Cleaning up $HOME [was: Re: .hidden files? what dos that mean? ]

On Tue, 2003-07-01 at 13:40, James Willcox wrote:
> Jens,
> On Tue, 2003-07-01 at 14:25, Jens Ansorg wrote:
> > hi,
> > 
> > just emerged the latest version of Nautilus (on Gentoo).
> > the News tell me
> > 
> > This is nautilus 2.3.6. The file manager for the Gnome 2 desktop.
> > 
> > Major changes since 2.3.5 are:
> > 
> > * .hidden file support
> > 
> > 
> > I went through the list archive but could not find anyting about this
> > .hidden stuff.
> > What is this about?
> It's totally sweet.  You can create a file called ".hidden" in any
> directory, and in it list files that you don't want nautilus to show. 
> For instance, my ~/.hidden contains "evolution" which causes nautilus to
> not show ~/evolution.
> James

I consider this to be a hack. The real problem is with how applications
(ab)use the home directory. When I do a 'ls -al' on my home directory I
get a screen full of hidden files I should never edit, half of which I
ran once and have never used since, and half a screen of non hidden
files that should be hidden, such as ~/evolution. ( Although its getting
a little better ).

The correct solution is a or LSB standard that enforces
some sort of order on the current mess in most peoples home directories:

~/.etc for all those annoying config files, like .emacs, that one
shouldnt have to mess with.

~/.tmp for all those annoying temorary/session/errordump files that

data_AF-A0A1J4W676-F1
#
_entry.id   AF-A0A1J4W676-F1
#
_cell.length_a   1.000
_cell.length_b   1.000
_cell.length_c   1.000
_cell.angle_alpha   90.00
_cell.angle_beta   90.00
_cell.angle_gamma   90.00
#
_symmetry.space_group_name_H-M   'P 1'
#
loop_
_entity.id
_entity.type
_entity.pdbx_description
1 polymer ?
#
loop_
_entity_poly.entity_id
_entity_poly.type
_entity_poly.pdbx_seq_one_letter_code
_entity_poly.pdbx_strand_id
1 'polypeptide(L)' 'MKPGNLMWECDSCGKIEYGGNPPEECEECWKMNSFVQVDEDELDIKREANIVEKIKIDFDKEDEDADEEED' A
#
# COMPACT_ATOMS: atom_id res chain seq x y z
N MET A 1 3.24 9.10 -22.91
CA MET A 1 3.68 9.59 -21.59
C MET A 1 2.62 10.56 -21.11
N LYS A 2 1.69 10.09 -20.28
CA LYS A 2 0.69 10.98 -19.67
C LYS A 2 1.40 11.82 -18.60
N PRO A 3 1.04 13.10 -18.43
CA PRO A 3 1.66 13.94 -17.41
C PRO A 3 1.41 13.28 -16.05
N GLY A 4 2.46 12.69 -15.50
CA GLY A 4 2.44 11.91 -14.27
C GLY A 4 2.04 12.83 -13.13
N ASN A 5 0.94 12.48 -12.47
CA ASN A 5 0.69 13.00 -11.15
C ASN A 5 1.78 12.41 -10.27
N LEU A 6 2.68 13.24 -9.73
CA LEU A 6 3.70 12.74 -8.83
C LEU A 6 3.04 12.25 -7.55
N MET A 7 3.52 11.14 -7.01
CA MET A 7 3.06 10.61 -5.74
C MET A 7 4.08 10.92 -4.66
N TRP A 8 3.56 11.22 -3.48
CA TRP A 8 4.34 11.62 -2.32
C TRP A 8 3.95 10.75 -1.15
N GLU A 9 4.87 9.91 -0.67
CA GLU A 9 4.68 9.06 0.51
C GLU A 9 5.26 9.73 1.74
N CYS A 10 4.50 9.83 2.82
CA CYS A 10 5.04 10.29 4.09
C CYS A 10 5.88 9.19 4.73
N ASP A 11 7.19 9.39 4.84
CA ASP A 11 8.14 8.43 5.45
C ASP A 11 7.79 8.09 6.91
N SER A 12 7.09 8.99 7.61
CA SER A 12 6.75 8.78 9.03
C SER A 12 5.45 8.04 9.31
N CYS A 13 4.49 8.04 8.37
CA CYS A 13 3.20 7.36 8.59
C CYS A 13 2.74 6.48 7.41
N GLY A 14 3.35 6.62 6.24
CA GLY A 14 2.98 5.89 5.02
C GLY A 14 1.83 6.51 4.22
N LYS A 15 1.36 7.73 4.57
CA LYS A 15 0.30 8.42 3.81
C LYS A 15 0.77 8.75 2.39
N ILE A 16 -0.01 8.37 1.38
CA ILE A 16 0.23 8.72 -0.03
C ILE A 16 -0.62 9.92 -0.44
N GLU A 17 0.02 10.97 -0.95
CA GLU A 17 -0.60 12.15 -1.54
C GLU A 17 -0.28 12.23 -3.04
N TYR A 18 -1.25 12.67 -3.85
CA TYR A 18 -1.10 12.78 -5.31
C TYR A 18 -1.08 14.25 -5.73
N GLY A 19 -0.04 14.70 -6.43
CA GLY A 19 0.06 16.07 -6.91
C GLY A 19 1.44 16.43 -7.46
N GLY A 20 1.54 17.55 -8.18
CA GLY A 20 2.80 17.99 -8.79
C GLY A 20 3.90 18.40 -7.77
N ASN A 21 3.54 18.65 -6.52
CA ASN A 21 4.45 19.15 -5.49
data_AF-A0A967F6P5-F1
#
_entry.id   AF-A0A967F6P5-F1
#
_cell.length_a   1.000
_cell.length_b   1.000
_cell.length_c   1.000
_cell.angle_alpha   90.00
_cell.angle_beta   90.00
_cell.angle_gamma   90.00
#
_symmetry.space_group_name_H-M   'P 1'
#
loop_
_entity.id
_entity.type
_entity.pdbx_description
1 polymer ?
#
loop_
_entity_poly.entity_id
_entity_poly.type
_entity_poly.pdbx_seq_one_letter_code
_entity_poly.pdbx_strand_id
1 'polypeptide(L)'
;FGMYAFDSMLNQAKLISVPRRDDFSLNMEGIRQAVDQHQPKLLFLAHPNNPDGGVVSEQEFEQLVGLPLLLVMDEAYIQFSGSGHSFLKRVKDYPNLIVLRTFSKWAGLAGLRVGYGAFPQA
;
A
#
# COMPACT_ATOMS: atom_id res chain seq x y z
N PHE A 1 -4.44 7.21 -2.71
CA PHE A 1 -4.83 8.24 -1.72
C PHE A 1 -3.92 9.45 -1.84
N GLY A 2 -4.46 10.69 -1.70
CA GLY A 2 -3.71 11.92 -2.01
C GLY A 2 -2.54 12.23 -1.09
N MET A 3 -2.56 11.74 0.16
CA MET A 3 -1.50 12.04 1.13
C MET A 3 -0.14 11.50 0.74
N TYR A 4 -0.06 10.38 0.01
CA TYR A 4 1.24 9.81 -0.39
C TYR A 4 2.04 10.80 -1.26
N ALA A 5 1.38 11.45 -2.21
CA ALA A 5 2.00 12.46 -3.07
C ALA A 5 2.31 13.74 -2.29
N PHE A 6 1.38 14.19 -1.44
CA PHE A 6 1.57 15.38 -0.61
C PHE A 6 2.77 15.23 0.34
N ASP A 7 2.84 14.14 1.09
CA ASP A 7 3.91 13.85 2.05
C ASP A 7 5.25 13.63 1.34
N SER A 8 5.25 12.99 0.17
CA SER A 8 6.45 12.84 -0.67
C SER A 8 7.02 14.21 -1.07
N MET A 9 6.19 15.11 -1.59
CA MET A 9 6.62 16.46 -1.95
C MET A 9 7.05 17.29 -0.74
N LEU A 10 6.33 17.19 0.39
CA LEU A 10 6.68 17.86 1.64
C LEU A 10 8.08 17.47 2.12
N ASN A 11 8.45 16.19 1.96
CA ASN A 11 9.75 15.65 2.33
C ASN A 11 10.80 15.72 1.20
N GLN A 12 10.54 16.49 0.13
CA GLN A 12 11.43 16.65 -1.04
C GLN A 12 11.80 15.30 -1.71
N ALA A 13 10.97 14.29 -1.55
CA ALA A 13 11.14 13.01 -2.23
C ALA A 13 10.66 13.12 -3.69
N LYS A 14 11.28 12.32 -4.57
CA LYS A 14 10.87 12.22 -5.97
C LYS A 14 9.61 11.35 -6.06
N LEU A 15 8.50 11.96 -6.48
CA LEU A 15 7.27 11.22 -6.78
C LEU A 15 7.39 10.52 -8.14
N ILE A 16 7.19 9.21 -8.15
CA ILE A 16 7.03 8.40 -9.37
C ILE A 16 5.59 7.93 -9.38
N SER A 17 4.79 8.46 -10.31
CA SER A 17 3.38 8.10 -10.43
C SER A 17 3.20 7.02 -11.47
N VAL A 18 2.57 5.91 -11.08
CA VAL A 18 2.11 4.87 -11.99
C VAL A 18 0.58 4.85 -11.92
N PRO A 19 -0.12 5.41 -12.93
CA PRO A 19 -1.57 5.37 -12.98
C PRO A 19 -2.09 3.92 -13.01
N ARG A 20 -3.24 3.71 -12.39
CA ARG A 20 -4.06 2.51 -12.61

often get left lying about.

~/.usr or ~/.data for the large data that some apps generate, such as
evotion's mail database.

As for ~/evolution, this folder is basically not useful via Nautilus so
it shouldnt be visible ( as .hidden lets you do ), but the solution is
not a .hidden file, but to get Ximain, and all the other app makers to
clean up their stuff.

This goes for gnome too, which has such repeat offenders as .gnome,
.gnome2, .gnome_private, .gnome2_private, .gnome-desktop, .gconf,
.gconfd, .nautilus, .recently-used, .Trash, .gtkrc, .gtkrc-1.2-gnome,
.gtk-kde, etc...

If you were annoyed just to read that list imagine the nightmare a
novice user might have! Do *you* know what half of your hidden files do?
I dont. ;)

If you plan to argue that hidden files are just that, supposedly hidden,
then what is one suppsed to do when one has to modify one of these
files, or otherwise needs to view the hidden files, and must necessarily
wade through the quagmire that looks almost as bad a the windows
registry? Regardless of whether you agree with me that it is a problem,
you must agree that the current situation is a mess, and could really
use a cleanup.

All Gnome apps should make use of GConf where possible, and the rest
should be put into some sort of organization, for example:


Thoughts? Ive been meaning to bring this up with or
Havoc, so I hope he lurking here today.


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